Illinois bans employers from demanding employees' Facebook password
Posted on 02 August 2012.
Illinois-based job searchers can breathe a collective sight of relief, as the state's Governor Pat Quinn signed on Wednesday a bill that will prevent employers to demand passwords for social media sites from current and prospective employees.


"Members of the workforce should not be punished for information their employers don’t legally have the right to have," Governor Quinn said. "As use of social media continues to expand, this new law will protect workers and their right to personal privacy."

House Bill 3782 - dubbed by some "The Facebook Bill" - makes it illegal for employers to screen potential job candidates or reprimanding current employees based on information from their social network accounts.

"This law will not only protect employees’ reasonable rights to privacy on the Web, but will shield employers from unexpected legal action," Senate Minority Leader Christine Radogno and co-sponsor of the bill pointed out, as employers are also not allowed to ask employees or potential employees about their age, sex, race, or sexual orientation, which are things that a peek into their account on a social networking site might reveal.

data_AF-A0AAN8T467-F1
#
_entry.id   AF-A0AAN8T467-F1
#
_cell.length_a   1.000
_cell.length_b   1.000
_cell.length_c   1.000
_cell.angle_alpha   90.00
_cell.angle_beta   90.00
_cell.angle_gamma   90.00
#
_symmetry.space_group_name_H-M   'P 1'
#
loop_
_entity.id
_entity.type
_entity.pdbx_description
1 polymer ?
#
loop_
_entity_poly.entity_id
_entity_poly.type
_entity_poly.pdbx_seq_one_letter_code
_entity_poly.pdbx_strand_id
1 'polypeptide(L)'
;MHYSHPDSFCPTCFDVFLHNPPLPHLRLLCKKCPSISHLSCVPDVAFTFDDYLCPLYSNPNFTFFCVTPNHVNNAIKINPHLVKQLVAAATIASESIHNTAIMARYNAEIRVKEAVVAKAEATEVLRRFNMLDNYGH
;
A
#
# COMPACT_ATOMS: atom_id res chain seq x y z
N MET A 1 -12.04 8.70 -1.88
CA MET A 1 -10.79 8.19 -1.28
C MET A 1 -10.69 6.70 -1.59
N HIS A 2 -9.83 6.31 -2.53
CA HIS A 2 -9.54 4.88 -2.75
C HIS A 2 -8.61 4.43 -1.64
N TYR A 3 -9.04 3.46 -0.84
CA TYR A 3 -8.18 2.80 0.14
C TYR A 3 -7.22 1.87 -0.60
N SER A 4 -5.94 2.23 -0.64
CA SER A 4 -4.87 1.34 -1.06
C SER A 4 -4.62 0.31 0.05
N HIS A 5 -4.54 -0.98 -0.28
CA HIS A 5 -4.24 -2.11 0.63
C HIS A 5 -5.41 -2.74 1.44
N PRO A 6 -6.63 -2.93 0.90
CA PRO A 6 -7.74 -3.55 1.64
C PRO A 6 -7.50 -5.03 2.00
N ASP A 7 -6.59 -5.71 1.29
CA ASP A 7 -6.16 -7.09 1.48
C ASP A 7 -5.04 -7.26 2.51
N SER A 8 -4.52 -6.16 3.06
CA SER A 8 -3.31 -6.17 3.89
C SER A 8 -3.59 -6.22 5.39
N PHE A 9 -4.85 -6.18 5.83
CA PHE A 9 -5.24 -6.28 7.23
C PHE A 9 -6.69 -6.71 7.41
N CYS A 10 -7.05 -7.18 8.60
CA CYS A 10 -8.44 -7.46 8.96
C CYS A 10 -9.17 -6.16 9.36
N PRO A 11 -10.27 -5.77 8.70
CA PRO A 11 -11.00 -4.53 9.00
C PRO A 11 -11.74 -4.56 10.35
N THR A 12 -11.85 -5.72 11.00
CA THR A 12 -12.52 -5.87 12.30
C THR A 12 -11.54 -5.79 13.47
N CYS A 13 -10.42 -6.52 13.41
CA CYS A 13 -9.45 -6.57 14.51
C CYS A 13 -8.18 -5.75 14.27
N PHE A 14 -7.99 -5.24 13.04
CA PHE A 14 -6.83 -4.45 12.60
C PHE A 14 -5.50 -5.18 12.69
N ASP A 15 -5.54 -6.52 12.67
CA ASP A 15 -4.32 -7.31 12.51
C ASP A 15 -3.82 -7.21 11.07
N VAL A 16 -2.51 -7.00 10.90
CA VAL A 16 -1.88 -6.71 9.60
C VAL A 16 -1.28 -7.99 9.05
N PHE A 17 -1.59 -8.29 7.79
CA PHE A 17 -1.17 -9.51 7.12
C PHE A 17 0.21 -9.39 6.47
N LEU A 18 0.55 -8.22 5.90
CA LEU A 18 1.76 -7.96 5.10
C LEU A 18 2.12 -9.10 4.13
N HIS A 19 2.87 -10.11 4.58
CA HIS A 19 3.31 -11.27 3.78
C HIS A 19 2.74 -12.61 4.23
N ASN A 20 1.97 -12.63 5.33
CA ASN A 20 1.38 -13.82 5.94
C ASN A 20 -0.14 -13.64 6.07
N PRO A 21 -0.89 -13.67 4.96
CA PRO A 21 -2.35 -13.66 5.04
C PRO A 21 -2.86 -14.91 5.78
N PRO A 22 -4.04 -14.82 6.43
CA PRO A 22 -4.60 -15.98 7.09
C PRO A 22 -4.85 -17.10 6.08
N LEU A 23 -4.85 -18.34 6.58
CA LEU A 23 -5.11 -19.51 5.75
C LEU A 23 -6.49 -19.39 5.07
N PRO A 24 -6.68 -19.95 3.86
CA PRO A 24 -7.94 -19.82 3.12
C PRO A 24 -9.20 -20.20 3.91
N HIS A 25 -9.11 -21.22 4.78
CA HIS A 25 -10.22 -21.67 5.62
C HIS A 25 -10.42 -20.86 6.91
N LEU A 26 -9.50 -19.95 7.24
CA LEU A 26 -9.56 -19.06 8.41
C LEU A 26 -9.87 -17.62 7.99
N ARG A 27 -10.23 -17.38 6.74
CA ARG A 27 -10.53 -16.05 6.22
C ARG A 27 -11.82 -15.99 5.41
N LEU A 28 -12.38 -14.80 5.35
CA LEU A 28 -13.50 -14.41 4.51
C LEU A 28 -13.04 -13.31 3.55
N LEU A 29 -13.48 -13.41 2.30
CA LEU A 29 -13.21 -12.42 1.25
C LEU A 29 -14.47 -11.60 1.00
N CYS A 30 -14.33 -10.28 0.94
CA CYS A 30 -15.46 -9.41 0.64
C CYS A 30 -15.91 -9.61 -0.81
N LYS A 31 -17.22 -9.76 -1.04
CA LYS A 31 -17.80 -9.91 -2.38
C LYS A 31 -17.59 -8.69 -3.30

The law will go in effect on January 1, 2013. Any employer that breaks it can be taken to court and, if found guilty, be slapped with a fine. Unfortunately, the fine is rather small ($100-$300), so it's difficult to tell how much of a deterrent this law will provide.

Also, the bill doesn't cover email passwords, and does not prevent employers from searching for employee information that is in the public domain, and to ask for their social network usernames in order to check out any posts that may be public.

Illinois is the second state in the USA that has passed a law that forbids employers to ask employees and job applicants for login information to their social networking account - Maryland was the first.

Other states are currently trying to do the same. Among them are California, New Jersey, Washington and Delaware.






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